Winning a Rare Victory Against a Regulatory Agency (PDF-510kb)
Winning a Rare Victory Against a Regulatory Agency"[T]he Class B shares purchased by Ponderosa were public utility assets that were owned by Ponderosa. Therefore, the Commission's decision to credit the par value redemption proceeds of those shares to the ratepayers constituted an illegal appropriation of Ponderosa's property."
—Unanimous opinion by the California Court of Appeal, agreeing with the argument made by Pillsbury
When Pillsbury agreed to challenge a decision by the California Public Utilities Commission, it faced a real uphill battle. As noted by the court itself, the CPUC is no ordinary government agency but rather "a constitutional body with broad legislative and judicial powers," whose decisions are "presumed valid."
But Pillsbury litigators overcame this presumption to win a huge victory on behalf of a small telephone company that provides approximately 10,000 phone lines to remote customers in California's Sierra Nevada mountains. The firm's advocacy helped Ponderosa Telephone recover more than $5 million—a sum equivalent to two years' net income for the service provider.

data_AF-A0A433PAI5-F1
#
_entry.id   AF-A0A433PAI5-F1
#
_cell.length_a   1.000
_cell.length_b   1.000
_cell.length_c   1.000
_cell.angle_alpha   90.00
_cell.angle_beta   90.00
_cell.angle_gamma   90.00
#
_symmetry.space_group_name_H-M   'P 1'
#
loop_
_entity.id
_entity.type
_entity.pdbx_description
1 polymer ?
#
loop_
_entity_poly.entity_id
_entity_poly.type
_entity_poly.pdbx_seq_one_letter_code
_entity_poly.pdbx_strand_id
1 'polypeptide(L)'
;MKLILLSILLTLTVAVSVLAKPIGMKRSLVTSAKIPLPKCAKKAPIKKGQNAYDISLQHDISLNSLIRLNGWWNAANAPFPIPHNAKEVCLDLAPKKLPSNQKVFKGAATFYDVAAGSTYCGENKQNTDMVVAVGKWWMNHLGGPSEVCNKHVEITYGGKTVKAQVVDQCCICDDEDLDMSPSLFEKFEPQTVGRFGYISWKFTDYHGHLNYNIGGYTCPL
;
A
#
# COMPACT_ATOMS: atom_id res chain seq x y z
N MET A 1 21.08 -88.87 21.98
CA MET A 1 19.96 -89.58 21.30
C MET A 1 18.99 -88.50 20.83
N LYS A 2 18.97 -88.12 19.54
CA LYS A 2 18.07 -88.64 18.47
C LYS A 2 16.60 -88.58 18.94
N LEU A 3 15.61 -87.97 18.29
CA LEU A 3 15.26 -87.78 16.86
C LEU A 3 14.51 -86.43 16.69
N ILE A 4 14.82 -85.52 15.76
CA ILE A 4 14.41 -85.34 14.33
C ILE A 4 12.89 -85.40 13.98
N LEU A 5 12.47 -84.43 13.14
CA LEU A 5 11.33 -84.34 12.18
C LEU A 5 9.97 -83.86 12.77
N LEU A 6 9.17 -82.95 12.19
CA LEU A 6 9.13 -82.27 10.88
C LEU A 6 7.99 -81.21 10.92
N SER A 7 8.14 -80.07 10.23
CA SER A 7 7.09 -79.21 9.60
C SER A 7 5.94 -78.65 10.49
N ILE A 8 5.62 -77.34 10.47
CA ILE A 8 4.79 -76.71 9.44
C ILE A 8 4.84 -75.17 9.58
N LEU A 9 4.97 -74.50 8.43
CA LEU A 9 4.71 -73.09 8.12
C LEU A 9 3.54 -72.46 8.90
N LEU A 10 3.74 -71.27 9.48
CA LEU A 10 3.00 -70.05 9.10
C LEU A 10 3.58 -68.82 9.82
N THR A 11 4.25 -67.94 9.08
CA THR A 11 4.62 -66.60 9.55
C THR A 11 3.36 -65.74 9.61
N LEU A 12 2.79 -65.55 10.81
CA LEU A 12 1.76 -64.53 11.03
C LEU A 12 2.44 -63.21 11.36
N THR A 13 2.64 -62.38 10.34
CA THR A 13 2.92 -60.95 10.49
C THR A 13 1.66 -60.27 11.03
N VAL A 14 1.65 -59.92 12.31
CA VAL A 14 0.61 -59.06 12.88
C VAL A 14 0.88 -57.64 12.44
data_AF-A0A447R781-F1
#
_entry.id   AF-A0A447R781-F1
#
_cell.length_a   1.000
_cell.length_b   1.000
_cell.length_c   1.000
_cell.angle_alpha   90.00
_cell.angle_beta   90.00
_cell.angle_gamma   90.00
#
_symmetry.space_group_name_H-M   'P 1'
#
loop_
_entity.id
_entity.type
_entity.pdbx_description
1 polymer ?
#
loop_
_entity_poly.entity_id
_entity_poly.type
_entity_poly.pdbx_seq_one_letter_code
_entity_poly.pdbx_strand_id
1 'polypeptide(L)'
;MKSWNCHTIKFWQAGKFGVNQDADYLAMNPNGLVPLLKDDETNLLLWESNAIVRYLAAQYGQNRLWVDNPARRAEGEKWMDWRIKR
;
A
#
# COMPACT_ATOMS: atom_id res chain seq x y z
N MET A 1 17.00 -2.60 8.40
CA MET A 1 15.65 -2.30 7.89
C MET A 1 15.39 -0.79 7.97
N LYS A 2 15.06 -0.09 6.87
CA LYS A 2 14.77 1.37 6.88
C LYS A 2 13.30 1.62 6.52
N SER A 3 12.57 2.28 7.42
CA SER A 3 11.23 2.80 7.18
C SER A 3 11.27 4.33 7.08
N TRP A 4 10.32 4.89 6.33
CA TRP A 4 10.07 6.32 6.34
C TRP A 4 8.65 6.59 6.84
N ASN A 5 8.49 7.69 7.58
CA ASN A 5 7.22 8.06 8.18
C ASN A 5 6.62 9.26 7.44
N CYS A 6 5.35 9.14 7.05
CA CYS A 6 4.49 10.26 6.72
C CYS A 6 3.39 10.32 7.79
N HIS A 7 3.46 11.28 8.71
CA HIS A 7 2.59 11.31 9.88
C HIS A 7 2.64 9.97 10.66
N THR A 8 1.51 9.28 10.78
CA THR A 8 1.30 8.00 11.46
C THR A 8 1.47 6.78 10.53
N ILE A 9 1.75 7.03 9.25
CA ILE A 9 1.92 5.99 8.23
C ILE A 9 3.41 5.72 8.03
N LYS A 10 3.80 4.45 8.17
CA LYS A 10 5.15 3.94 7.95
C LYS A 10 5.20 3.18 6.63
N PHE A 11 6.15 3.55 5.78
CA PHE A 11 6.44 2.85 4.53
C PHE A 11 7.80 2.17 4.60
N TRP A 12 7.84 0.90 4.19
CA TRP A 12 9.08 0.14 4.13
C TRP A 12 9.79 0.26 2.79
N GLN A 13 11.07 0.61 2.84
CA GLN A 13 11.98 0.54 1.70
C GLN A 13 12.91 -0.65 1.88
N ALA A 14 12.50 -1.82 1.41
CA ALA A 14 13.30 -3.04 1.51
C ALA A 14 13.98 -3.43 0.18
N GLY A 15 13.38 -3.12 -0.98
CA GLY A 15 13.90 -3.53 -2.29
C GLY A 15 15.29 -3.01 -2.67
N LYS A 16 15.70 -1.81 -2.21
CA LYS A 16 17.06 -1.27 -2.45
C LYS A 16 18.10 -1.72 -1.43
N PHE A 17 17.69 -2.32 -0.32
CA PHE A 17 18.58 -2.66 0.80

At issue were proceeds from stock in the Rural Telephone Bank. As a condition of receiving a loan from this federally created bank, Ponderosa purchased RTB stock equal to 5 percent of the loan amount. When Ponderosa sold its stock, the CPUC said the proceeds should be transferred to the company's customers—despite the fact that, under an earlier CPUC decision, the stock had never been included among the "rate base" assets used to calculate what the company could charge its customers.
In the California Court of Appeal, Pillsbury overcame the high bar for reversing a CPUC decision by arguing that the commission's action was unconstitutional under the Takings Clause. Although Ponderosa was a regulated utility company, its stock was an asset owned by its shareholders and could not simply be taken away by the government.
The California Court of Appeal unanimously agreed with Pillsbury's argument, delivering a rare defeat to a government agency whose decisions are almost always affirmed.
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